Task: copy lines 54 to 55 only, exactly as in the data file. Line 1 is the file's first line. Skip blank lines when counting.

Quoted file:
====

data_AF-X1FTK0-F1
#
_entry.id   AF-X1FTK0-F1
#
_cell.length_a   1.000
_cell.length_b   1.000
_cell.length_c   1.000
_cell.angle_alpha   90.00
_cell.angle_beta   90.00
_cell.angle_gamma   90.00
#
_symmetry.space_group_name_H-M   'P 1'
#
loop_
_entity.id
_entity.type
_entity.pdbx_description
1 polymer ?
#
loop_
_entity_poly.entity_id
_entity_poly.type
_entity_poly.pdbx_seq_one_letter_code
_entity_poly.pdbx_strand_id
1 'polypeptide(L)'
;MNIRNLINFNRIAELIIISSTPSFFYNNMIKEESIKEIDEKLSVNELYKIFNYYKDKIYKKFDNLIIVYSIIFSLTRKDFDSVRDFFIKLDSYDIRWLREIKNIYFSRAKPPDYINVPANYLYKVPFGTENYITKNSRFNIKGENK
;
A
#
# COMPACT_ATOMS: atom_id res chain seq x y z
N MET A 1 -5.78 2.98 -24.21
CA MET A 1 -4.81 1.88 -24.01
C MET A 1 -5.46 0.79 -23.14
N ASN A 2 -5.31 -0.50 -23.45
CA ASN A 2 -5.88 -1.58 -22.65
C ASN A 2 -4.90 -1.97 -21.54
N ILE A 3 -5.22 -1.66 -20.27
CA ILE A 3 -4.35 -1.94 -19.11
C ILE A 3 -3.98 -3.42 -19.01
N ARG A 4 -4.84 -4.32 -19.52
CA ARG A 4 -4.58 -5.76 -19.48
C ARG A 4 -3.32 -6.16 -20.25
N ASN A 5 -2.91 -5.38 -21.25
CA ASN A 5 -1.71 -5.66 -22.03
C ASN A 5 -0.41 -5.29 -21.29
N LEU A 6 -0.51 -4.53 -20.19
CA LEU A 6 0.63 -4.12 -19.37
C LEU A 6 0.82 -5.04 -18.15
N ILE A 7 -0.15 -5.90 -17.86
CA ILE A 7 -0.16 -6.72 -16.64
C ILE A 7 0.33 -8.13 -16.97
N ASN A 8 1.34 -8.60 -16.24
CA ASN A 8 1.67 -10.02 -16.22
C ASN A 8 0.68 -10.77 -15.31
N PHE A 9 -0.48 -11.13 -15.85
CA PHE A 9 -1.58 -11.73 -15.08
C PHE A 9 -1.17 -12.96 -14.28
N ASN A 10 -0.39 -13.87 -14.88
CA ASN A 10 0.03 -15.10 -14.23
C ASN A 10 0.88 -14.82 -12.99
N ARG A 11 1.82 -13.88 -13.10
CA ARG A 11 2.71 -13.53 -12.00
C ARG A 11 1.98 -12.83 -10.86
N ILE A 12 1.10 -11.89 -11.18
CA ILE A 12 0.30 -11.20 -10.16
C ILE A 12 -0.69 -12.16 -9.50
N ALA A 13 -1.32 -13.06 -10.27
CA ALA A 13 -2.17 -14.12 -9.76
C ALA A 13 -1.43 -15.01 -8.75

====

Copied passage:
C ASN A 8 0.68 -10.77 -15.31
N PHE A 9 -0.48 -11.13 -15.85